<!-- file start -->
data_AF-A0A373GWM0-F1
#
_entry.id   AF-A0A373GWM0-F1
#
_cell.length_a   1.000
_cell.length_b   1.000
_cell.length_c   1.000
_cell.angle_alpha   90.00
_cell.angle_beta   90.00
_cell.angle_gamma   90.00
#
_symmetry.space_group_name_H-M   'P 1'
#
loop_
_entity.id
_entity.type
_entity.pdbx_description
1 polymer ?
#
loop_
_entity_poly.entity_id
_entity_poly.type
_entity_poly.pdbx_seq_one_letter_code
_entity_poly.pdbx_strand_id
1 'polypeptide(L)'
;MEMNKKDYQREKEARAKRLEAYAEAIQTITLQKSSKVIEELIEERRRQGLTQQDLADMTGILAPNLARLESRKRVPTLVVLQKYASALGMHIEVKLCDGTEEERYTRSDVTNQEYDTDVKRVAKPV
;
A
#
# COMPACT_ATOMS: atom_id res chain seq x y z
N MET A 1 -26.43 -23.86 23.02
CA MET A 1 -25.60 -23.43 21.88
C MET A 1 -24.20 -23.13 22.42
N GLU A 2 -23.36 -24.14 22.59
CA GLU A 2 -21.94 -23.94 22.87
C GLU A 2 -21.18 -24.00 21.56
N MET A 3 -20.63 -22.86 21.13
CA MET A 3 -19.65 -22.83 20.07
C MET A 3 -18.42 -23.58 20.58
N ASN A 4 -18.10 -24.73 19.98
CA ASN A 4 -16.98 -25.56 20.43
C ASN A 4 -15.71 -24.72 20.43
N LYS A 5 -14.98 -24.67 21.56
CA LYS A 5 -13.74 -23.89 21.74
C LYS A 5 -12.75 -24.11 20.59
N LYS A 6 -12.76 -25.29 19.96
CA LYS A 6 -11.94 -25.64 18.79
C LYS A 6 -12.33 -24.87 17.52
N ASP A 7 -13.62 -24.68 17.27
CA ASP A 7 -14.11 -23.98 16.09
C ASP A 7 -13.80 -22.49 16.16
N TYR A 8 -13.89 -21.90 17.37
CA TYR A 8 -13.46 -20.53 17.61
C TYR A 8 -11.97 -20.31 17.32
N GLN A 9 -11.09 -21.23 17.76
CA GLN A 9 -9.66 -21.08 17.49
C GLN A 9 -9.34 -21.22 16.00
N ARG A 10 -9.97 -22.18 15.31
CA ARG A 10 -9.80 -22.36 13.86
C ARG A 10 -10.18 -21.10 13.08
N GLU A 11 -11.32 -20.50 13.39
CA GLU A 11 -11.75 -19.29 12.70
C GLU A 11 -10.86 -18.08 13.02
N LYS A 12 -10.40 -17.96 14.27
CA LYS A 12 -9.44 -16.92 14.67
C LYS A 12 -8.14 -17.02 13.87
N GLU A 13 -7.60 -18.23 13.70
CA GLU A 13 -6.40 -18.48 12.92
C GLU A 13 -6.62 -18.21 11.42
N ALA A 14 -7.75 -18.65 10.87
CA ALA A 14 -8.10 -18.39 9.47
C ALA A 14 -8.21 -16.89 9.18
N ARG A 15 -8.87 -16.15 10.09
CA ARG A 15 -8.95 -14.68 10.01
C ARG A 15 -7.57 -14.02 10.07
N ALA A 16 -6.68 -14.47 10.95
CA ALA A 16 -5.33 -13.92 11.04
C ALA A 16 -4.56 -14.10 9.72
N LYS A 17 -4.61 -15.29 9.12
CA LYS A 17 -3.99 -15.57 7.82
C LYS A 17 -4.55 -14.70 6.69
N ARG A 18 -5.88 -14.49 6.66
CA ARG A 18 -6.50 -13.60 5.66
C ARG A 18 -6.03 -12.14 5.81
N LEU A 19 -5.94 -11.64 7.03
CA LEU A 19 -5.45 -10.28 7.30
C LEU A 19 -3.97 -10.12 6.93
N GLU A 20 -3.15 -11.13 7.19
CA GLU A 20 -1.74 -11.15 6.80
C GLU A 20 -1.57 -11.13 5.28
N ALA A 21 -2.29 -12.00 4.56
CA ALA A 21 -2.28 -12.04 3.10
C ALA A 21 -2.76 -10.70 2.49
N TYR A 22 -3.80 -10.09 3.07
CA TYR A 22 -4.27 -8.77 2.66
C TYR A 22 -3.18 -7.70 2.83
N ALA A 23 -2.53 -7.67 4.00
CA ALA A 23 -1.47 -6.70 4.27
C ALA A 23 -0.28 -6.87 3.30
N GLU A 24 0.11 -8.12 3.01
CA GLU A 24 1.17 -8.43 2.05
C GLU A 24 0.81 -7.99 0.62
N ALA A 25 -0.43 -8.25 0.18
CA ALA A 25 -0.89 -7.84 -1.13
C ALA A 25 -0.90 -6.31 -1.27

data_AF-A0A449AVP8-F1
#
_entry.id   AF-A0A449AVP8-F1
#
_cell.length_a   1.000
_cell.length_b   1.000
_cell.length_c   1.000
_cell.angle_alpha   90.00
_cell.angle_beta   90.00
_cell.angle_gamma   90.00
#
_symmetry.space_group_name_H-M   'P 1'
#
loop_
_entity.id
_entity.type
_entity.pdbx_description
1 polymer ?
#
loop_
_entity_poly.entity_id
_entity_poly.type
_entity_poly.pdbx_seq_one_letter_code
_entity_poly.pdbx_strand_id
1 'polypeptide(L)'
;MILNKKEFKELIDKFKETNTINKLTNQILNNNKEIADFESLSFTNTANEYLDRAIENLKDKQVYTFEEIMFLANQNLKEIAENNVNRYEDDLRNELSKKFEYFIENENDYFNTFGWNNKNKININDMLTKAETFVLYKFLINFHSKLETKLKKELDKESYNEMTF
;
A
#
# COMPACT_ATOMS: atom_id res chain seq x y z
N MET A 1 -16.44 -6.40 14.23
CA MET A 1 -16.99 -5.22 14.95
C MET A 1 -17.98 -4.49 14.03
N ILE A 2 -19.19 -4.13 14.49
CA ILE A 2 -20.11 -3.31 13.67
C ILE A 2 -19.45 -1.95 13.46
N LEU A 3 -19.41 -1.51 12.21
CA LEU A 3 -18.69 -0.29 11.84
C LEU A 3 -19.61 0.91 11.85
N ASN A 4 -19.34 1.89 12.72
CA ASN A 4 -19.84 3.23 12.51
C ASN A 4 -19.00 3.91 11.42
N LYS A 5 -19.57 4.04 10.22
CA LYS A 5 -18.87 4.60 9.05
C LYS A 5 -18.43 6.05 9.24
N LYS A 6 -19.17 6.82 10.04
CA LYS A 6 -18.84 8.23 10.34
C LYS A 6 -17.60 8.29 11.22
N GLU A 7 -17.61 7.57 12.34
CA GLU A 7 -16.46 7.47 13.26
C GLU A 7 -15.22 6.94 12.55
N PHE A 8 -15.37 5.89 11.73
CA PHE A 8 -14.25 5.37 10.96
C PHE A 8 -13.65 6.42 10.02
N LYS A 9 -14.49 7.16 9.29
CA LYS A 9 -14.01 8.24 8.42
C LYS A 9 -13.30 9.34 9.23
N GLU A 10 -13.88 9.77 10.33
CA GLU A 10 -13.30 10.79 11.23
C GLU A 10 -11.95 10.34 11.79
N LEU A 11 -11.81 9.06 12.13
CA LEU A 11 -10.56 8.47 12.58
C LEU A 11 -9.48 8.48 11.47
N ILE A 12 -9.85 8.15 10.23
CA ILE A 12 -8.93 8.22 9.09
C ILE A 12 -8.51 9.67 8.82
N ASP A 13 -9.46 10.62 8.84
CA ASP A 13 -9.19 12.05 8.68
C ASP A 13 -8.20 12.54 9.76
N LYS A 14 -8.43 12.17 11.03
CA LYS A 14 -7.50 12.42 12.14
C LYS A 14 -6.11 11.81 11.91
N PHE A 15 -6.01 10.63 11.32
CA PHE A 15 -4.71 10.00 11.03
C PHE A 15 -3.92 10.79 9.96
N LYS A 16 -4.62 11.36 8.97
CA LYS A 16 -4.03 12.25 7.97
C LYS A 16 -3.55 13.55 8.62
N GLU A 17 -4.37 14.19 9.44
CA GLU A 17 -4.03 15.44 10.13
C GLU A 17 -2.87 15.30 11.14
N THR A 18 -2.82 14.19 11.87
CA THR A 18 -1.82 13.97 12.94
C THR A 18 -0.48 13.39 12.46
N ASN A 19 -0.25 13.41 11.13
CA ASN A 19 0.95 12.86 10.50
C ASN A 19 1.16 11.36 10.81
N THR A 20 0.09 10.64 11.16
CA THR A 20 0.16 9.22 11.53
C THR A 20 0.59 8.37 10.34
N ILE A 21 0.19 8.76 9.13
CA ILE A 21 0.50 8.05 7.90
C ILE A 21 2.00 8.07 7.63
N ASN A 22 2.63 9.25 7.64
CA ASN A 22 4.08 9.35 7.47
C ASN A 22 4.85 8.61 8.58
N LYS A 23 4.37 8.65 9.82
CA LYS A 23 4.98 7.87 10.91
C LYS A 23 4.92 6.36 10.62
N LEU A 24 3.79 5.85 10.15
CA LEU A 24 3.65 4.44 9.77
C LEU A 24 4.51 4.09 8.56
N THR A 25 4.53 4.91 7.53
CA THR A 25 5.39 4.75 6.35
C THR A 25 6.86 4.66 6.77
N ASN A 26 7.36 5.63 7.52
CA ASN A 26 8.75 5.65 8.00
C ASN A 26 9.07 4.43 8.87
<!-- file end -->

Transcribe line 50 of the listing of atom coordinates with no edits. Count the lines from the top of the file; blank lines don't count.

CA ASP A 7 -14.11 -23.98 16.09